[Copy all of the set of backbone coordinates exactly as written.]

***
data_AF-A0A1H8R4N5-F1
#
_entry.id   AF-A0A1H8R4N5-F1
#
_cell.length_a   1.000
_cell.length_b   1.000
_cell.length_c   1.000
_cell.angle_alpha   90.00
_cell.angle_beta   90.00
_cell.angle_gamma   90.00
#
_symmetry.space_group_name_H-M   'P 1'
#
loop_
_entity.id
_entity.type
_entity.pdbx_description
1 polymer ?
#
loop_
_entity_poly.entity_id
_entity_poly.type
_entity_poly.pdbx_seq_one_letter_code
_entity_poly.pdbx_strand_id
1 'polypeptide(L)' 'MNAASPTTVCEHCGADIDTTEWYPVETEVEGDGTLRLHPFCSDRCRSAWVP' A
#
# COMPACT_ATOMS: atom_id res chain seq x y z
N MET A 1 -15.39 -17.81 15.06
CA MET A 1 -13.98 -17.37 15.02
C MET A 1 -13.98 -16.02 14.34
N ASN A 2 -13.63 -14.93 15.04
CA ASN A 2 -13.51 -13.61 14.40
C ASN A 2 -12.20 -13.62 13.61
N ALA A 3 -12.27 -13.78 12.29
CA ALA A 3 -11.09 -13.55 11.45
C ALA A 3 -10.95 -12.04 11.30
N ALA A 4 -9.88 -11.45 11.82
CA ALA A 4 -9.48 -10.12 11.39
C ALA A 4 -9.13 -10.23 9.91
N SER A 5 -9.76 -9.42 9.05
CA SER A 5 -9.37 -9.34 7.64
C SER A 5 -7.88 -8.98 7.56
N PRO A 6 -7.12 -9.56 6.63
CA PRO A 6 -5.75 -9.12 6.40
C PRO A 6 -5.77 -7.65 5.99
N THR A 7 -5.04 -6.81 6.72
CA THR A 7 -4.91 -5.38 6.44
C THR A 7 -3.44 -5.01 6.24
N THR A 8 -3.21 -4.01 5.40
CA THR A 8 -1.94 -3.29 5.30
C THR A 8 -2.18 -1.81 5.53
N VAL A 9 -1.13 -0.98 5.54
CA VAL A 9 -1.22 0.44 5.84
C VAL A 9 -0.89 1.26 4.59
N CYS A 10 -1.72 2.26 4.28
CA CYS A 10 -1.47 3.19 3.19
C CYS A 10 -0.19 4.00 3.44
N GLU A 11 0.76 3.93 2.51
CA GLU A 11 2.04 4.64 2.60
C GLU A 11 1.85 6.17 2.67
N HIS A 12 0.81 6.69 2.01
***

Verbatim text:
data_AF-A0A1H8R4N5-F1
#
_entry.id   AF-A0A1H8R4N5-F1
#
_cell.length_a   1.000
_cell.length_b   1.000
_cell.length_c   1.000
_cell.angle_alpha   90.00
_cell.angle_beta   90.00
_cell.angle_gamma   90.00
#
_symmetry.space_group_name_H-M   'P 1'
#
loop_
_entity.id
_entity.type
_entity.pdbx_description
1 polymer ?
#
loop_
_entity_poly.entity_id
_entity_poly.type
_entity_poly.pdbx_seq_one_letter_code
_entity_poly.pdbx_strand_id
1 'polypeptide(L)' 'MNAASPTTVCEHCGADIDTTEWYPVETEVEGDGTLRLHPFCSDRCRSAWVP' A
#
# COMPACT_ATOMS: atom_id res chain seq x y z
N MET A 1 -15.39 -17.81 15.06
CA MET A 1 -13.98 -17.37 15.02
C MET A 1 -13.98 -16.02 14.34
N ASN A 2 -13.63 -14.93 15.04
CA ASN A 2 -13.51 -13.61 14.40
C ASN A 2 -12.20 -13.62 13.61
N ALA A 3 -12.27 -13.78 12.29
CA ALA A 3 -11.09 -13.55 11.45
C ALA A 3 -10.95 -12.04 11.30
N ALA A 4 -9.88 -11.45 11.82
CA ALA A 4 -9.48 -10.12 11.39
C ALA A 4 -9.13 -10.23 9.91
N SER A 5 -9.76 -9.42 9.05
CA SER A 5 -9.37 -9.34 7.64
C SER A 5 -7.88 -8.98 7.56
N PRO A 6 -7.12 -9.56 6.63
CA PRO A 6 -5.75 -9.12 6.40
C PRO A 6 -5.77 -7.65 5.99
N THR A 7 -5.04 -6.81 6.72
CA THR A 7 -4.91 -5.38 6.44
C THR A 7 -3.44 -5.01 6.24
N THR A 8 -3.21 -4.01 5.40
CA THR A 8 -1.94 -3.29 5.30
C THR A 8 -2.18 -1.81 5.53
N VAL A 9 -1.13 -0.98 5.54
CA VAL A 9 -1.22 0.44 5.84
C VAL A 9 -0.89 1.26 4.59
N CYS A 10 -1.72 2.26 4.28
CA CYS A 10 -1.47 3.19 3.19
C CYS A 10 -0.19 4.00 3.44
N GLU A 11 0.76 3.93 2.51
CA GLU A 11 2.04 4.64 2.60
C GLU A 11 1.85 6.17 2.67
N HIS A 12 0.81 6.69 2.01